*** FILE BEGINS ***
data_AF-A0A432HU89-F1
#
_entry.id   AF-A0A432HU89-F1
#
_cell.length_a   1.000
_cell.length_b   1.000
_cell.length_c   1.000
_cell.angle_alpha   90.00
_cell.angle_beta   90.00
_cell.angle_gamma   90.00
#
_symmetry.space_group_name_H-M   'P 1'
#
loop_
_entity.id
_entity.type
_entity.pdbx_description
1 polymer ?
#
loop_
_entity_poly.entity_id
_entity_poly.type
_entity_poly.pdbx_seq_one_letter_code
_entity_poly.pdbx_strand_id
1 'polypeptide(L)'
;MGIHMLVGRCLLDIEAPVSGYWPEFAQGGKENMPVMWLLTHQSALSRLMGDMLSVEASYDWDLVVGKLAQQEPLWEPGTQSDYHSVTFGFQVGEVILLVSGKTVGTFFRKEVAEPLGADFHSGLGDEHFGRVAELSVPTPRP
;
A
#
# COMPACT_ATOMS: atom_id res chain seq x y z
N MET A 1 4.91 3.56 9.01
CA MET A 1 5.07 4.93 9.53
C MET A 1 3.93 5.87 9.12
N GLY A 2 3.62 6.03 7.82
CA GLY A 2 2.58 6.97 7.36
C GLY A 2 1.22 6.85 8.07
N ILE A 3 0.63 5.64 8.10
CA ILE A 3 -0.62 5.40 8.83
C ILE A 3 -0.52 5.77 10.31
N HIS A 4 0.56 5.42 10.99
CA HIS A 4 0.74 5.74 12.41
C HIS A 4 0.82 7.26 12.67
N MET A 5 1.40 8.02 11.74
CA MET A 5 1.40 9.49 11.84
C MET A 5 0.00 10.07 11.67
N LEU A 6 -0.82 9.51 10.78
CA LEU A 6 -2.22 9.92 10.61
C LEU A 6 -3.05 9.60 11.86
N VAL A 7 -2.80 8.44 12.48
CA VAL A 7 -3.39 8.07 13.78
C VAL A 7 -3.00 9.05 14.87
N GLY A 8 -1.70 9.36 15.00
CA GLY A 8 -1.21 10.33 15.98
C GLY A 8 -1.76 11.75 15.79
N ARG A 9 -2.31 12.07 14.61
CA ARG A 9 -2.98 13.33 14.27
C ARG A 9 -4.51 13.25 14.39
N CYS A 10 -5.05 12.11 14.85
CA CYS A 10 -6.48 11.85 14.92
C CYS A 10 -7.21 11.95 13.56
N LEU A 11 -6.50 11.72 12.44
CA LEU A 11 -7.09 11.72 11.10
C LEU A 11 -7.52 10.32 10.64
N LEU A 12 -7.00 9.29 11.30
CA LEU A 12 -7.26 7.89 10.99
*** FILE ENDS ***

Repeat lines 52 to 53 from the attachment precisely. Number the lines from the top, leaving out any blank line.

N GLY A 8 -1.70 9.36 15.00
CA GLY A 8 -1.21 10.33 15.98